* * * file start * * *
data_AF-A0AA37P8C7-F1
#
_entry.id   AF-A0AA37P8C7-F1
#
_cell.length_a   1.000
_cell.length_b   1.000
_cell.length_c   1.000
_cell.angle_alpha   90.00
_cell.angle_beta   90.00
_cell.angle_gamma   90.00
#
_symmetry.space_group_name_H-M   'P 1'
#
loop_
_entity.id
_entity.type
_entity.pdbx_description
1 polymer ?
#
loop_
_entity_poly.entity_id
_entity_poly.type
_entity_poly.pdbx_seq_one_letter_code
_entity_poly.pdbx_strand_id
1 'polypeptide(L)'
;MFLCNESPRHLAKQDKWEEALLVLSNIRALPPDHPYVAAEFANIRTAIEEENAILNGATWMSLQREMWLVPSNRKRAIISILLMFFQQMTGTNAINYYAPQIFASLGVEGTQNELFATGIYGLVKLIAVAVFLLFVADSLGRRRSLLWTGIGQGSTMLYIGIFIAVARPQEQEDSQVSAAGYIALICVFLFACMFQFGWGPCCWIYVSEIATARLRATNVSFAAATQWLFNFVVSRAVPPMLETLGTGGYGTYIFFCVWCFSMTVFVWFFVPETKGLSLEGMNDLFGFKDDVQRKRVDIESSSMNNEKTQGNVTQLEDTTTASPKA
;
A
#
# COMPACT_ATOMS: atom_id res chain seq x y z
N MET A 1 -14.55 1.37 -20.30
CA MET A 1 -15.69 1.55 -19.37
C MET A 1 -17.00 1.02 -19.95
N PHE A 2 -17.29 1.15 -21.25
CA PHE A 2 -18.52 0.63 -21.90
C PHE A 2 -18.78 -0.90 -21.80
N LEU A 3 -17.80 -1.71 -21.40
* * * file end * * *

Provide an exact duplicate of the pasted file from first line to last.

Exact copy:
data_AF-A0AA37P8C7-F1
#
_entry.id   AF-A0AA37P8C7-F1
#
_cell.length_a   1.000
_cell.length_b   1.000
_cell.length_c   1.000
_cell.angle_alpha   90.00
_cell.angle_beta   90.00
_cell.angle_gamma   90.00
#
_symmetry.space_group_name_H-M   'P 1'
#
loop_
_entity.id
_entity.type
_entity.pdbx_description
1 polymer ?
#
loop_
_entity_poly.entity_id
_entity_poly.type
_entity_poly.pdbx_seq_one_letter_code
_entity_poly.pdbx_strand_id
1 'polypeptide(L)'
;MFLCNESPRHLAKQDKWEEALLVLSNIRALPPDHPYVAAEFANIRTAIEEENAILNGATWMSLQREMWLVPSNRKRAIISILLMFFQQMTGTNAINYYAPQIFASLGVEGTQNELFATGIYGLVKLIAVAVFLLFVADSLGRRRSLLWTGIGQGSTMLYIGIFIAVARPQEQEDSQVSAAGYIALICVFLFACMFQFGWGPCCWIYVSEIATARLRATNVSFAAATQWLFNFVVSRAVPPMLETLGTGGYGTYIFFCVWCFSMTVFVWFFVPETKGLSLEGMNDLFGFKDDVQRKRVDIESSSMNNEKTQGNVTQLEDTTTASPKA
;
A
#
# COMPACT_ATOMS: atom_id res chain seq x y z
N MET A 1 -14.55 1.37 -20.30
CA MET A 1 -15.69 1.55 -19.37
C MET A 1 -17.00 1.02 -19.95
N PHE A 2 -17.29 1.15 -21.25
CA PHE A 2 -18.52 0.63 -21.90
C PHE A 2 -18.78 -0.90 -21.80
N LEU A 3 -17.80 -1.71 -21.40